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Review: 'Hereditary'

When a family's grandmother passes away, dark and disturbing secrets get unearthed by the remaining members of the family.

A film that gets a huge buzz from the Sundance Film Festival at the start of the year, and is produced and distributed by A24, a studio that over the last few years has become a big favourite with indie fans, you know you just have to mark it done on your watchlist for upcoming new releases.

I'm always up for an A24 film. I feel that this studio goes for more variety and takes chances on some really peculiar projects. Many have pulled off nicely such as The Spectacular Now, Locke, Ex Machina, Amy, The Witch, Green Room, The Lobster, Swiss Army Man, Free Fire, A Ghost Story, The Florida Project, The Killing Of A Sacred Deer, Lady Bird, The Disaster Artist, and my personal favourite, Room. Some are still being heavily discussed like Under The Skin and Enemy.

But when it's a horror, I still have a small sense of caution as it's a genre that I find little success in. It's strange, because horror films have had many intriguing concepts and have more directions they can go with. Much like my favourite genre, sci-fi. But most of them end up being so generic and predictable. But there are enough horror films every so often that hit every mark and it becomes a classic.

Even with that in mind, I have been pleasantly surprised with horror films over the last few years. I have really enjoyed horrors such as The Cabin In The Woods, It Follows, The Babadook, Get Out, The Witch, I Saw The Devil, Black Swan, Don't Breathe, Kill List, Lights Out, Under The Skin and many others.

So I was going into this with a fair amount of excitement, despite my overall history with this genre.

There is an amazing opening scene sequence that really gives you a hint at what you're about to experience. There isn't anything that scary-looking in the opening act. But the way it is made, you can feel the tension and that something is not quite right.

As we get into the second half, there is a moment where I wasn't into the overboard exposition moments that was basically showing us some integral information and shoving it in front of our fences. I know how important this aspect of story-telling is within any film. I just felt it could have been better executed.

By the final act, there were many great sequences that terrified me and that I felt was thanks to the directing and camerawork. However, there was still something missing that made me fully care for the story. I feel I was more impressed by the construction of it rather than the story.

The performances were great all around. Toni Collette for me has for the most part being underappreciated. She's pretty good in this, and I would not be surprised if this performance gets mentions come awards season.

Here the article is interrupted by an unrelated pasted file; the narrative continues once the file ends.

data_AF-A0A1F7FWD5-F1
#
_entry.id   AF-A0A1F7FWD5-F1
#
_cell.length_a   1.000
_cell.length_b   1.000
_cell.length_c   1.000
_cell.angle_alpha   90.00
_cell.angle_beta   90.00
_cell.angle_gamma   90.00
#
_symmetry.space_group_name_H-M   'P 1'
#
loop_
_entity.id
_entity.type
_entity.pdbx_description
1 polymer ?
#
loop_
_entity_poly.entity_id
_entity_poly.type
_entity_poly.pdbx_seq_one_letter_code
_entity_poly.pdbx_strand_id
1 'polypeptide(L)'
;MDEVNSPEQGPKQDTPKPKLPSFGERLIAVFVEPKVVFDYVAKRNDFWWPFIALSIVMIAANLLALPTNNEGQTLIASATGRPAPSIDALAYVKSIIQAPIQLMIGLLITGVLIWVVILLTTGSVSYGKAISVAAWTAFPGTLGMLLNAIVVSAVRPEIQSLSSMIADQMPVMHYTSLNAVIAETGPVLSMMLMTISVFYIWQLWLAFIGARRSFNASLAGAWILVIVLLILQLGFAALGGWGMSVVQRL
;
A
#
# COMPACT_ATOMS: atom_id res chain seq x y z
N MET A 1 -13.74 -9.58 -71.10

I can see some people seeing her performance as a bit over-the-top. But for me, there was a nice mixture of realism and emotionally heavy reactions that fits in nicely within the horror genre.

Milly Shapiro did a great job in her first acting role in a feature film. Right from the get-go, her character made me feel uneasy and I knew that either something bad was going to happen to her or to somewhat else by her.

Alex Wolff did a good job, especially towards the end. His reaction to certain sequences made it for a chilling experience. There was also a nice little unexpected performance by Ann Dowd that's worth watching out for as well.

As I said before, I was most impressed by the construction of the film. So by far, its biggest strength is its technical aspects. It is certainly an impressive creation. From the creative camerawork, to the imaginative production design and editing to the chilling and atmospheric score and sound design. This has a lot going for it in these departments, and they should be commended.

There were great moments, especially in the second half where there are things in the corner of the screen and even when nothing is happening, it still sent chills down my spine. The choice of showing them for such a long time on a wide shot was a brave, but top decision.

I think what brought it down for me was the story. While it was interesting and very well developed, I just did not care enough for the story to be gripped by it. There were too many more interesting parts of the film going on, and the intrigue of the story got left behind.

That being said, this is quite an impressive feature film debut by Ari Aster. This director has done a bunch of shorts before this, and looks set to venture out into feature projects.

I hear it's being billed as this generation's The Exorcist or Rosemary's Baby. For me, it reminded more of the pacing and vibe of It Comes At Night, and a final act similar to that of The Witch.

For general horror audiences, there aren't that many jump scares. The final act is where you'll get the most chilling and unsettling moments. The first two acts I can see being a slog for some demographics. Fear like every other emotion is subjective. This will find its audience, it just may take some time. It's one of those horrors that I think you will get more out of, long after you've seen it.

For me, I did feel unsettled throughout. However, the slow pacing throughout did make it tough at times and some of the spooky moments did not feel that impactful. But I think the commitment that everyone involved had in this won me over in the end, and I feel the strength of the final act made me really appreciate this. There are some scenes that I will certainly not forget anytime soon.

It has a terrific direction by Ari Aster and his team, and as mentioned before the technical side of this film is brilliant to see in its finished product. I will certainly be up for Aster's future projects.

Rating: 7/10

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